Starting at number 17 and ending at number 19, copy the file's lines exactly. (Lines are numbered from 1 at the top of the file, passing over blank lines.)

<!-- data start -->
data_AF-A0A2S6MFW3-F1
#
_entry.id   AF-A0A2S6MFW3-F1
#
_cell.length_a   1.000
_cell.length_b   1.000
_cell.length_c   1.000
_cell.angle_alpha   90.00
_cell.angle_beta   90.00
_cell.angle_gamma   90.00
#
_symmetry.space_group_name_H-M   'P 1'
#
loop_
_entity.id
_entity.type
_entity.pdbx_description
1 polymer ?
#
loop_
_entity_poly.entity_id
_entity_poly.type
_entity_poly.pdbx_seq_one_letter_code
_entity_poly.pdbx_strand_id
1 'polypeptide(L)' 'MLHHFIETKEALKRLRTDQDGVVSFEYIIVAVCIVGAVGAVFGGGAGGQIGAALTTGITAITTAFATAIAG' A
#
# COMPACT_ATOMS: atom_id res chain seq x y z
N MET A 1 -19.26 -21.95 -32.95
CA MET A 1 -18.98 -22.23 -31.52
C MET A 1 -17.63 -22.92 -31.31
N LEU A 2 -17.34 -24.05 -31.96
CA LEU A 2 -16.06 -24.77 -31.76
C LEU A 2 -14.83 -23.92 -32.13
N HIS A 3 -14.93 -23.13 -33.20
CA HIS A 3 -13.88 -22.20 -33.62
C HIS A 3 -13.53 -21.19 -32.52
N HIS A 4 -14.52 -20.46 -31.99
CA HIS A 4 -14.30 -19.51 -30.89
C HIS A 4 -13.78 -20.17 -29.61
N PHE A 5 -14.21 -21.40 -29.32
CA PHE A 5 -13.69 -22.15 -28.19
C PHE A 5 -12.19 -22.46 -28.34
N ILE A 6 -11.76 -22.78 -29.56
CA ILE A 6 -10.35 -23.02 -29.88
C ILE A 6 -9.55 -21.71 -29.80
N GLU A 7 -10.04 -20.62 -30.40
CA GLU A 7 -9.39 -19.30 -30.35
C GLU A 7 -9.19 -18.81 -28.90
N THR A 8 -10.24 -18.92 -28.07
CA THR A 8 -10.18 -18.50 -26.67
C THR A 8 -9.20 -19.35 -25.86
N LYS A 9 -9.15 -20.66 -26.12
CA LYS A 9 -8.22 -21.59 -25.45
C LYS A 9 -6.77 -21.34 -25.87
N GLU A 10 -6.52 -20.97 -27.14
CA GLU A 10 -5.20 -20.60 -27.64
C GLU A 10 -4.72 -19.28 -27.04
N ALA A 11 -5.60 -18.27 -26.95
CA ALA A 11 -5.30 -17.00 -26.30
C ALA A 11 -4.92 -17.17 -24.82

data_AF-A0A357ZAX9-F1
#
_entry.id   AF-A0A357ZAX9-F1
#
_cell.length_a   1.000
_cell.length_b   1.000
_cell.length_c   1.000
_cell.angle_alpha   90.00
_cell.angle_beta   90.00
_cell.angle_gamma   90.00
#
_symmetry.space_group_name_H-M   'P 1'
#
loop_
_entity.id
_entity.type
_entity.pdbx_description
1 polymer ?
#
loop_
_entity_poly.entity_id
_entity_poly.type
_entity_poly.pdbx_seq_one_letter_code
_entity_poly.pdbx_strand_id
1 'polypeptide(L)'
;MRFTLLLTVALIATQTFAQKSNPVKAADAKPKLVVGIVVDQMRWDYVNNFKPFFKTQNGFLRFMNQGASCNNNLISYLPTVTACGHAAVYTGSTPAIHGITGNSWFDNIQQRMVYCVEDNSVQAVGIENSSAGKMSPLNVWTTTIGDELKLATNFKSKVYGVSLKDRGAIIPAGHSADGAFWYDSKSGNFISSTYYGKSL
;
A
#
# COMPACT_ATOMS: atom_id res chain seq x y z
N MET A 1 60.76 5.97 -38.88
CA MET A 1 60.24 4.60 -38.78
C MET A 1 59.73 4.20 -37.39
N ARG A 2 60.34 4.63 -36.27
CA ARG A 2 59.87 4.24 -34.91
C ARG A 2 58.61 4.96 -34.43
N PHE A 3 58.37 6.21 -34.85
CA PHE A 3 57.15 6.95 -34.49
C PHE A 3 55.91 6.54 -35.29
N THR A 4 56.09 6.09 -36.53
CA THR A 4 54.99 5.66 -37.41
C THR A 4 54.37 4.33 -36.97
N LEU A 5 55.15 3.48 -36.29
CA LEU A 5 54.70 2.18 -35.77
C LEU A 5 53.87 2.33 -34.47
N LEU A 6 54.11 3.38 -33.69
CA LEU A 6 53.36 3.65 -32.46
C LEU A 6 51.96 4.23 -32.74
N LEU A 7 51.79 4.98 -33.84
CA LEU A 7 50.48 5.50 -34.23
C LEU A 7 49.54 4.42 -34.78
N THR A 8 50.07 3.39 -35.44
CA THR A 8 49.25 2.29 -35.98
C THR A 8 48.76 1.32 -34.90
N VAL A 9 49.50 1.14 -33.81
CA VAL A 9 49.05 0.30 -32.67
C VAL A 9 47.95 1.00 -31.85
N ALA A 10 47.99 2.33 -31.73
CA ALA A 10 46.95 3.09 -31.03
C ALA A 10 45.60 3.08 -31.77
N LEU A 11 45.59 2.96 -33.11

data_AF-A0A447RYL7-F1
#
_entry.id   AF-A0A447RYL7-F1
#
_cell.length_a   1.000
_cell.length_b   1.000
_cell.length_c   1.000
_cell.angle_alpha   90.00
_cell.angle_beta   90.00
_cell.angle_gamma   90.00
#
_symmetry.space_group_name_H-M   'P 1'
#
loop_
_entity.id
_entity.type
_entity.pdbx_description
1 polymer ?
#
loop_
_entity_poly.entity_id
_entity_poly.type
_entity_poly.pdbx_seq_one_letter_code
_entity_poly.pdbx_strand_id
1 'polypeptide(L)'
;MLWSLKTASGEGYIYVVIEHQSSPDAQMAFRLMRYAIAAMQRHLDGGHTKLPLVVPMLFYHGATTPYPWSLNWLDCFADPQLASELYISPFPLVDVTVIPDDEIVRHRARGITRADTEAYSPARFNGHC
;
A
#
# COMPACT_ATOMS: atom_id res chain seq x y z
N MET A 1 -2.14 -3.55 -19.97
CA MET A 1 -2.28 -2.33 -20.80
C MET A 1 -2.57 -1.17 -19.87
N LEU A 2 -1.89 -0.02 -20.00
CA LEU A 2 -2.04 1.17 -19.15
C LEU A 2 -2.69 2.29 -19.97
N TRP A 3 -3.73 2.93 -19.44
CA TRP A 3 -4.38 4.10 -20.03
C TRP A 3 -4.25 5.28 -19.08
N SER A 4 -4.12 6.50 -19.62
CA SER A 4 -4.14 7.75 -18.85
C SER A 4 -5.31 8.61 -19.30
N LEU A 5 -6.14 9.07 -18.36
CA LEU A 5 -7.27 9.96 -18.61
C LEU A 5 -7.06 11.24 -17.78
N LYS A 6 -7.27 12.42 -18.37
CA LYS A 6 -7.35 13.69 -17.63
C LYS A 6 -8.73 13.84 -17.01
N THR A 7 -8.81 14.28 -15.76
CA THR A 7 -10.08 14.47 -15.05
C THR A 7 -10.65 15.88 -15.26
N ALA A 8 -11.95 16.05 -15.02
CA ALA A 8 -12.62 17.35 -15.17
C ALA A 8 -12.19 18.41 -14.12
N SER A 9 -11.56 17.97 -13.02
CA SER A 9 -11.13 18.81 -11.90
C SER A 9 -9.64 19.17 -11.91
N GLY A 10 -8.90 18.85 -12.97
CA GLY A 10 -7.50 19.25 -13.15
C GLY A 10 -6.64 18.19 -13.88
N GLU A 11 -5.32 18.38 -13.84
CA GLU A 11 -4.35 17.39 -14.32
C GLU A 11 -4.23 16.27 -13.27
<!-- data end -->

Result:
_entity.pdbx_description
1 polymer ?
#